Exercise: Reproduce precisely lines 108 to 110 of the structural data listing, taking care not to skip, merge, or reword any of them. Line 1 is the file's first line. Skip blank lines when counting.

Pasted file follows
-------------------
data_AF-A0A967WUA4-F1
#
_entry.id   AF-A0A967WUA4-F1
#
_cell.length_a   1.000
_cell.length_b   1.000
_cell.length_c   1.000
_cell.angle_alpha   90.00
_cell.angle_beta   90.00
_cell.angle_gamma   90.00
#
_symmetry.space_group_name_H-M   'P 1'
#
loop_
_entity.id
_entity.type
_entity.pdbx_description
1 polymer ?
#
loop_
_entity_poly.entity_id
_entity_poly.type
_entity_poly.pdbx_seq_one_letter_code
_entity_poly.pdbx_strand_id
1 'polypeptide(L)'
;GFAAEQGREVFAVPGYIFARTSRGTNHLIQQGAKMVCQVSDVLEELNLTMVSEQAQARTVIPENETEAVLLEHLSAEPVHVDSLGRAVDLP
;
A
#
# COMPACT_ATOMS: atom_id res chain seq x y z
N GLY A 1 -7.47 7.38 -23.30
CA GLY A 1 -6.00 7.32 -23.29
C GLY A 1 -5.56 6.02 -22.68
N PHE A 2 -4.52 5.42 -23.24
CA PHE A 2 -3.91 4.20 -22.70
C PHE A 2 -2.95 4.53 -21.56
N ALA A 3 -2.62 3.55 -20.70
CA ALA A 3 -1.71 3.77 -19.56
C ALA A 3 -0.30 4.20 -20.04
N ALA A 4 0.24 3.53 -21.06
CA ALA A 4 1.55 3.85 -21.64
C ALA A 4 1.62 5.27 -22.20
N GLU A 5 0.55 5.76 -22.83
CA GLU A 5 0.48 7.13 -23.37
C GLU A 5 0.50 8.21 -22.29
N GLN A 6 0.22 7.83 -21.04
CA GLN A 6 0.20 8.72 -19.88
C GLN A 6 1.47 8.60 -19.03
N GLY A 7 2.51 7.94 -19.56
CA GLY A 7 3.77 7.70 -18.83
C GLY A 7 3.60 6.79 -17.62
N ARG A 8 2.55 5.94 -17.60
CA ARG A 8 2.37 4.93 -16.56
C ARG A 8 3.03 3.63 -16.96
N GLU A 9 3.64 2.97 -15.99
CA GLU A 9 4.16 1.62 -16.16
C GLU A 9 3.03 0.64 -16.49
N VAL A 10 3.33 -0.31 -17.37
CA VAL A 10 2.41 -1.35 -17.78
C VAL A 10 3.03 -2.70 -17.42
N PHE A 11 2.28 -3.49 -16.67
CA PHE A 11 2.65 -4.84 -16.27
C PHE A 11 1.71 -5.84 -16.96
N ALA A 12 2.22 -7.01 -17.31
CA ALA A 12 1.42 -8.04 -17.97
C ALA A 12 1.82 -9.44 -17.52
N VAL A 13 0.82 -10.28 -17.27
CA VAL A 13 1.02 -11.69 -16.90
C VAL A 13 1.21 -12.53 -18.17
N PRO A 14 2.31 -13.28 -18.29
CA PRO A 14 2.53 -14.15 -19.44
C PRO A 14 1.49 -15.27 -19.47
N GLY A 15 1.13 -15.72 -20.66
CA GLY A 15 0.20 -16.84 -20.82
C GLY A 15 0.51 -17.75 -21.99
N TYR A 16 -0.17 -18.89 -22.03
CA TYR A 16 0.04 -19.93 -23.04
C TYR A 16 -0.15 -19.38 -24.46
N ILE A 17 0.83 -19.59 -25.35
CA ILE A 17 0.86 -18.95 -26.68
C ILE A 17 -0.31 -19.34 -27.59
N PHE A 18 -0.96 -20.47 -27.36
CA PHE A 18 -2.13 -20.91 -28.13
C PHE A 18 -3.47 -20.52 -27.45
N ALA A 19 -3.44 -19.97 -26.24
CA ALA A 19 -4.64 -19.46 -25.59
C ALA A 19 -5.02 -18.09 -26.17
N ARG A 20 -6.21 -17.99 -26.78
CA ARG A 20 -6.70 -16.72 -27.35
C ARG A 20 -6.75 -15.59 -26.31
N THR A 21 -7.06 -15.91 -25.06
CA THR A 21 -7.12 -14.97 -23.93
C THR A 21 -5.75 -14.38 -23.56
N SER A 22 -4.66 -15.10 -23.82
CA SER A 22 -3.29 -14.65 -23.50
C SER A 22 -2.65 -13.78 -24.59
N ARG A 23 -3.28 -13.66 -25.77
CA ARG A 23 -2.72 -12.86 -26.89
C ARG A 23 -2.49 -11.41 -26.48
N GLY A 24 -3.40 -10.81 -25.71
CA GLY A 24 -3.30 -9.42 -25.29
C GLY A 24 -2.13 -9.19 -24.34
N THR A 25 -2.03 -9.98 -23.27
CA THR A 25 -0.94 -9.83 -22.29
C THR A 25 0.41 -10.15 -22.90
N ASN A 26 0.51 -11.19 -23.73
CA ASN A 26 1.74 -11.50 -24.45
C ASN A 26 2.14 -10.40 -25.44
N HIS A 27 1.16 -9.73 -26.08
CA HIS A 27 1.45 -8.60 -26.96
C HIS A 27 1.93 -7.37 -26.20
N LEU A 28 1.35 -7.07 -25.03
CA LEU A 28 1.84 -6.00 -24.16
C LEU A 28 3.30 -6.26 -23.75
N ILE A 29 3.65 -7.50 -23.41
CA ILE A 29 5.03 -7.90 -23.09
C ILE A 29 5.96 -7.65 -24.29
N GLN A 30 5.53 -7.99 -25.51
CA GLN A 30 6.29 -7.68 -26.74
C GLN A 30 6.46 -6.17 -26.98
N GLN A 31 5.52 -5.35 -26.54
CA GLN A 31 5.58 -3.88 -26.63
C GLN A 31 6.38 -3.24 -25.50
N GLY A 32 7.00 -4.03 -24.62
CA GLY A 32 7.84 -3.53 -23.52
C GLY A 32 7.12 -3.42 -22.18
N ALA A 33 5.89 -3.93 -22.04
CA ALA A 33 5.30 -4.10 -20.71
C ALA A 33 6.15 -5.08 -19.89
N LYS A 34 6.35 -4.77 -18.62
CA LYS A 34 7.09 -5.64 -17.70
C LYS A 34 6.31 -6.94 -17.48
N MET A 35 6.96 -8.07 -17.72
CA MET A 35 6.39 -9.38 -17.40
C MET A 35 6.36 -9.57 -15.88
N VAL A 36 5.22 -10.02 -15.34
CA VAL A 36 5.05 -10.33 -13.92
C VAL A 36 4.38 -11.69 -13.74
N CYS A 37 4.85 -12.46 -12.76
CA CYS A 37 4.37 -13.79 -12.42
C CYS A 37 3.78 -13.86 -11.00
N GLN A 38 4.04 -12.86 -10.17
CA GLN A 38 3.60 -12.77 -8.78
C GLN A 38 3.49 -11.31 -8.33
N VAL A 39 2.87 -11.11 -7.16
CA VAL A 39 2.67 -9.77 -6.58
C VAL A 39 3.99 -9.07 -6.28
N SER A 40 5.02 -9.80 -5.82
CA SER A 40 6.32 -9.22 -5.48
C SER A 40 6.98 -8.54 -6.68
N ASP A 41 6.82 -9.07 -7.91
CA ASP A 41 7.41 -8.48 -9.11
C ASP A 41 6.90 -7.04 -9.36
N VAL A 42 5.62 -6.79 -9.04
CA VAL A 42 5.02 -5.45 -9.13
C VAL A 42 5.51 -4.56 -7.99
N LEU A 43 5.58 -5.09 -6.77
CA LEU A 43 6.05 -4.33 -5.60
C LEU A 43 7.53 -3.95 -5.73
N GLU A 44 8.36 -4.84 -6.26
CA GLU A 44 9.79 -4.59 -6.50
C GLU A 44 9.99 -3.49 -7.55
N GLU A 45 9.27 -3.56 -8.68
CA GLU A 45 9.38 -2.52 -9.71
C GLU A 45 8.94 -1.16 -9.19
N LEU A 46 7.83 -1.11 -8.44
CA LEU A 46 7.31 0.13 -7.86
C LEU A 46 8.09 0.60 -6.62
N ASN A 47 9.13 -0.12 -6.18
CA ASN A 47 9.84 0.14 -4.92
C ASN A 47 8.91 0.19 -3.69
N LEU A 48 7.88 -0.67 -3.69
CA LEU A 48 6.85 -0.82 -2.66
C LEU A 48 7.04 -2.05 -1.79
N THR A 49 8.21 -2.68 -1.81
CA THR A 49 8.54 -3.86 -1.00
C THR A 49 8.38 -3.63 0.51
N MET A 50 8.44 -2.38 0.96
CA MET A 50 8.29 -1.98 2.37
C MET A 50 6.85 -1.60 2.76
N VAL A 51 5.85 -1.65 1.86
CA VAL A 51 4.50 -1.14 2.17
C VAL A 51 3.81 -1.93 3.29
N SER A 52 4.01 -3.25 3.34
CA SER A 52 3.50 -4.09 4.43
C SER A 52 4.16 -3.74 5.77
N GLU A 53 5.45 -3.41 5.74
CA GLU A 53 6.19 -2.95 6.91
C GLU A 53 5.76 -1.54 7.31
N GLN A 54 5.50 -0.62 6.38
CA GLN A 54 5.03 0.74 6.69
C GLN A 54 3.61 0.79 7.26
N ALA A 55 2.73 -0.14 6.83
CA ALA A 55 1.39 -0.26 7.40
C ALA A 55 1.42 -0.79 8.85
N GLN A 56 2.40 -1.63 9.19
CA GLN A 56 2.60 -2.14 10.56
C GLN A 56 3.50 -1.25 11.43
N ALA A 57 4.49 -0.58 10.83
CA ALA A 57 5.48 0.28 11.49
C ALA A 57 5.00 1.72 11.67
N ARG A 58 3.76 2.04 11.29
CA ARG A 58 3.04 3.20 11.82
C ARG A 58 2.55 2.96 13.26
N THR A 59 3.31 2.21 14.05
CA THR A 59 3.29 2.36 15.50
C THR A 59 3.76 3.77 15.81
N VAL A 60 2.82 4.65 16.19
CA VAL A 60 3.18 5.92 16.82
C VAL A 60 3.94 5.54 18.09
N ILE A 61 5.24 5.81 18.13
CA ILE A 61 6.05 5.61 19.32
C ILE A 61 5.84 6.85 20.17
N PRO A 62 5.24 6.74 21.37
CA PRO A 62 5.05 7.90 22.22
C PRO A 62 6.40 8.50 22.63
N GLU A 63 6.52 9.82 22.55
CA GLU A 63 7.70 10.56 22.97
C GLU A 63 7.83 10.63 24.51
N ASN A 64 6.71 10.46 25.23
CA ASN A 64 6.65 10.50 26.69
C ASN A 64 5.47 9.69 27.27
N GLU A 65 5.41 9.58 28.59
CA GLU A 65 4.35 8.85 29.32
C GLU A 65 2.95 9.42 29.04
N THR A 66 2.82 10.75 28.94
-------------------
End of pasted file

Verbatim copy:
C ASN A 26 2.14 -10.40 -25.44
N HIS A 27 1.16 -9.73 -26.08
CA HIS A 27 1.45 -8.60 -26.96